There’s an odd comfort in a good, old dive bar. Low lighting, cheap drinks, and a laid-back atmosphere are enough to make most anyone feel at home. Not all dive bars are the same, and many of them have a long, storied history that’s an important part of the atmosphere. Along with darts and pool tables, these metro Detroit watering holes have a simple, laid-back vibe, with a little something extra to draw you in and to set them apart.
Madison Club Bar
Known to many simply as “BAR” due to its giant exterior sign reading “BAR,” Madison Club is a typical, laid back local hideout. If you miss karaoke night on Wednesday, it’s offered three times a week on Fridays and Saturdays as well, with different drink specials every night. Unlike its dive bar counterparts that typically open in the afternoon, Madison Club prefers to get an early start. As an old factory bar, Madison Club once opened at 7 a.m. as a courtesy to third-shift workers. Over the years, this has only changed slightly to 8 a.m. Madison Club Bar, 32275 Stephenson Hwy., Madison Heights; 248-588-4433
With its bright green brick exterior on an almost empty block, Jumbo’s is hard to miss. After being open for nearly 80 years, Jumbo’s is believed by many to be the last piece standing of the original Cass Corridor. The current owner, Cindy Furkovich — daughter of original owner Steve “Jumbo” Demoff — keeps the bar’s history in-tact with a news clipping of Demoff hung on the wall and a functional cigarette machine. In trendy Midtown, classic Jumbo’s keeps customers returning with its old school feel, cheap drinks, original jukebox, outside seating, and free open mic comedy on the last Wednesday of every month. Jumbo’s Bar, 3736 Third Ave., Detroit; 313-831-894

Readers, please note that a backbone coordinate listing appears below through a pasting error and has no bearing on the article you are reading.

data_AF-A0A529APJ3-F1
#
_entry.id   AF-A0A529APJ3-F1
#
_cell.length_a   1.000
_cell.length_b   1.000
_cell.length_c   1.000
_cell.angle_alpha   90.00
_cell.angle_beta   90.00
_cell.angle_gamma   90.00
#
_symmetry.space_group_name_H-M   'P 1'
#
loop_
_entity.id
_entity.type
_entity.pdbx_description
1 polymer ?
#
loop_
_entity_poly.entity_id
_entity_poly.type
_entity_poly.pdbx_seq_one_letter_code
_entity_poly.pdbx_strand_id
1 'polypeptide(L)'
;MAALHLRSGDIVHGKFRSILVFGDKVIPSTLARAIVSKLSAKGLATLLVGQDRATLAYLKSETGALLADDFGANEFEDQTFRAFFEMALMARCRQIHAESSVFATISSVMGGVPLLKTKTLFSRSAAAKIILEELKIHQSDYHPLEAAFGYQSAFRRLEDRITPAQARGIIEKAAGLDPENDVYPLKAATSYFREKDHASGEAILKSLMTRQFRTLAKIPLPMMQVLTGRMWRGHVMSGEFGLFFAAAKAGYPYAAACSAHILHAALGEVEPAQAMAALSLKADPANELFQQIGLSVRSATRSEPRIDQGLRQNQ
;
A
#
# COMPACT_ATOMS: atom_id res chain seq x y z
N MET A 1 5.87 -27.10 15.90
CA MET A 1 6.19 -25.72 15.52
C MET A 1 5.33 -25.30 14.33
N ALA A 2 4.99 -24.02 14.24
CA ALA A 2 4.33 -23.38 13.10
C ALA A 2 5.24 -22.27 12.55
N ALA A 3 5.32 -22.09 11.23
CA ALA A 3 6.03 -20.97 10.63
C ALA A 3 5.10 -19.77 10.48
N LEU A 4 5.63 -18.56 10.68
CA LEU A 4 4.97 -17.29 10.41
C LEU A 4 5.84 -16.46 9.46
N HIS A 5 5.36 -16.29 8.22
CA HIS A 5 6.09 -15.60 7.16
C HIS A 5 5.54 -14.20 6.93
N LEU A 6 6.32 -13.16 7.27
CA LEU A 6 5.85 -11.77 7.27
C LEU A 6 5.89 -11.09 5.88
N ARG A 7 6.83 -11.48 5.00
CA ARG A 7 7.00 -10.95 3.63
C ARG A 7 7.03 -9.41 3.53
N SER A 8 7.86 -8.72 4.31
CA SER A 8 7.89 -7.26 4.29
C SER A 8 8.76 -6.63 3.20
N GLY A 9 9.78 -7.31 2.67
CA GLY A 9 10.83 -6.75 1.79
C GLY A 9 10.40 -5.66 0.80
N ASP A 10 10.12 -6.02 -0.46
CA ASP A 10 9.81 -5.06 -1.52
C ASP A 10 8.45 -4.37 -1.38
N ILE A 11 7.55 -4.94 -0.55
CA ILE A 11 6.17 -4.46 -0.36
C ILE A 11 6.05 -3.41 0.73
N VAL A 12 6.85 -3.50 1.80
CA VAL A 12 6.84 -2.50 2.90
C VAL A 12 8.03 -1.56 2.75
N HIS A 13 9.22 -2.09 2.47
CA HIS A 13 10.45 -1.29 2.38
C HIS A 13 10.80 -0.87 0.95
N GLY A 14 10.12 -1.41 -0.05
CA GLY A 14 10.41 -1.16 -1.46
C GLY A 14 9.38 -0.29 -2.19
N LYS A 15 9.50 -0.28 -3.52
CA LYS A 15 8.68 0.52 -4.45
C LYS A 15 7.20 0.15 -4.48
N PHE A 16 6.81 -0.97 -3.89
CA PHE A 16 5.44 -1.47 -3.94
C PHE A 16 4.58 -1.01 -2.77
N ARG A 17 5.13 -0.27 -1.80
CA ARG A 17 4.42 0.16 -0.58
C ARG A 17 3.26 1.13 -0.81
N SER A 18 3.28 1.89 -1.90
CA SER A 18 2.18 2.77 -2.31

Royal Oak has an extensive bar scene, but few have such a well-respected reputation as Gusoline Alley. Gusoline Alley, also known as “Gus’,” has become a hub for locals and out-of-towners alike. Gus’ is regularly featured in Royal Oak bar crawls and beer strolls, but that certainly doesn’t affect its laid-back atmosphere and cheap drink prices. Gus’ has a larger beer collection than the classic dive bar, featuring many local and craft options. Gusoline Alley was also named Best Dive Bar in Hour Detroit’s Best of Detroit 2018. Gusoline Alley, 309 S. Center St., Royal Oak; 248-545-2235
Duffy’s Pub in Auburn Hills is easy to miss if you aren’t looking closely. Sharing a complex with an insurance company and a family dentist, Duffy’s may not appear to hold a crowd, but locals pledge loyalty to this hometown hideaway. The $1 Burger Wednesday’s is what gets most people through the door, but the homey, everybody-knows-everybody feel is what keeps patrons coming back. With daily drink specials, live music every weekend with a dance floor, and a Friday Night Fish Fry, Duffy’s offers up plenty of specialties that keep customers coming back. Duffy’s Pub, 3320 Auburn Rd., Auburn Hills; 248-852-2222
Hilltop Bar is, in the purest sense of the term, a dive bar. It’s barebones, no-frills, and full of character and characters. The bar’s classic reoccurring cast of personalities never fail to make you feel welcome. It’s like you’ve walked into an episode of “Cheers,” especially because Darko, the bartender, could put Sam Malone in his place. Besides Hilltop’s digital jukebox and the dartboard, the only extra amenities you’ll find at Hilltop are their shuffleboard table, and subsequently, their unofficial shuffleboard league. If you’re looking for a simple cheap drink and a good time, or some competitive shuffleboard, look no further than Hilltop. Hilltop Bar, 48214 Van Dyke Ave., Shelby Charter Twp.; 586-731-0828
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